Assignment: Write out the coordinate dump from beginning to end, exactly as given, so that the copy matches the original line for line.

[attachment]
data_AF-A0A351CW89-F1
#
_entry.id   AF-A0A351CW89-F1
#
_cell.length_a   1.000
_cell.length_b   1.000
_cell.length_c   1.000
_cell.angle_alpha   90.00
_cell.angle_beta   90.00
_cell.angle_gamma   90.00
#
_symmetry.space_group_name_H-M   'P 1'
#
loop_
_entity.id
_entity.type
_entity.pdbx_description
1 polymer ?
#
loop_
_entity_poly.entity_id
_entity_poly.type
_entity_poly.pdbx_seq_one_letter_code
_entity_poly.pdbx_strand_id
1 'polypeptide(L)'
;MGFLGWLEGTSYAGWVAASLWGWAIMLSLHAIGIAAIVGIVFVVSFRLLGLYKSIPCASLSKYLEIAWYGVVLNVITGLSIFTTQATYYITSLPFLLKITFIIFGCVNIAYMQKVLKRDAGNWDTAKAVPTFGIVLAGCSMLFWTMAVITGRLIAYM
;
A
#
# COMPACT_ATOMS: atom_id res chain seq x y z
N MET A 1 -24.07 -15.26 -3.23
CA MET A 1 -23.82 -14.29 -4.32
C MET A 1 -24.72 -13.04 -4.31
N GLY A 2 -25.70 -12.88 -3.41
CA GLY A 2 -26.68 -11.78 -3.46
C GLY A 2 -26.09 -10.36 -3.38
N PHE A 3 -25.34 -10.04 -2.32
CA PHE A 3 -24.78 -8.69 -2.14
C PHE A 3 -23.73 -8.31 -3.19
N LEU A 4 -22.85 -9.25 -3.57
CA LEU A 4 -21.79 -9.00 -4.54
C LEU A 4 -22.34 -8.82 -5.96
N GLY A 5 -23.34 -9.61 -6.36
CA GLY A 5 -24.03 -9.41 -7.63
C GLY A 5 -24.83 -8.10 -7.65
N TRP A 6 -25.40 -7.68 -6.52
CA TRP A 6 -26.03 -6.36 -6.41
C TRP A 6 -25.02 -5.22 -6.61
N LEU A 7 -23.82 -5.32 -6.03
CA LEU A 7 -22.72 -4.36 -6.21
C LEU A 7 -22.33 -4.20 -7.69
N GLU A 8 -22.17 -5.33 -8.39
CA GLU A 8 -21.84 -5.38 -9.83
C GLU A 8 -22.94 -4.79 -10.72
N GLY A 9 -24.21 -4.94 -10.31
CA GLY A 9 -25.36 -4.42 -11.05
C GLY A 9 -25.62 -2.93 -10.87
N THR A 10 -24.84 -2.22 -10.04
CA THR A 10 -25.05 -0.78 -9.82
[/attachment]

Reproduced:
data_AF-A0A351CW89-F1
#
_entry.id   AF-A0A351CW89-F1
#
_cell.length_a   1.000
_cell.length_b   1.000
_cell.length_c   1.000
_cell.angle_alpha   90.00
_cell.angle_beta   90.00
_cell.angle_gamma   90.00
#
_symmetry.space_group_name_H-M   'P 1'
#
loop_
_entity.id
_entity.type
_entity.pdbx_description
1 polymer ?
#
loop_
_entity_poly.entity_id
_entity_poly.type
_entity_poly.pdbx_seq_one_letter_code
_entity_poly.pdbx_strand_id
1 'polypeptide(L)'
;MGFLGWLEGTSYAGWVAASLWGWAIMLSLHAIGIAAIVGIVFVVSFRLLGLYKSIPCASLSKYLEIAWYGVVLNVITGLSIFTTQATYYITSLPFLLKITFIIFGCVNIAYMQKVLKRDAGNWDTAKAVPTFGIVLAGCSMLFWTMAVITGRLIAYM
;
A
#
# COMPACT_ATOMS: atom_id res chain seq x y z
N MET A 1 -24.07 -15.26 -3.23
CA MET A 1 -23.82 -14.29 -4.32
C MET A 1 -24.72 -13.04 -4.31
N GLY A 2 -25.70 -12.88 -3.41
CA GLY A 2 -26.68 -11.78 -3.46
C GLY A 2 -26.09 -10.36 -3.38
N PHE A 3 -25.34 -10.04 -2.32
CA PHE A 3 -24.78 -8.69 -2.14
C PHE A 3 -23.73 -8.31 -3.19
N LEU A 4 -22.85 -9.25 -3.57
CA LEU A 4 -21.79 -9.00 -4.54
C LEU A 4 -22.34 -8.82 -5.96
N GLY A 5 -23.34 -9.61 -6.36
CA GLY A 5 -24.03 -9.41 -7.63
C GLY A 5 -24.83 -8.10 -7.65
N TRP A 6 -25.40 -7.68 -6.52
CA TRP A 6 -26.03 -6.36 -6.41
C TRP A 6 -25.02 -5.22 -6.61
N LEU A 7 -23.82 -5.32 -6.03
CA LEU A 7 -22.72 -4.36 -6.21
C LEU A 7 -22.33 -4.20 -7.69
N GLU A 8 -22.17 -5.33 -8.39
CA GLU A 8 -21.84 -5.38 -9.83
C GLU A 8 -22.94 -4.79 -10.72
N GLY A 9 -24.21 -4.94 -10.31
CA GLY A 9 -25.36 -4.42 -11.05
C GLY A 9 -25.62 -2.93 -10.87
N THR A 10 -24.84 -2.22 -10.04
CA THR A 10 -25.05 -0.78 -9.82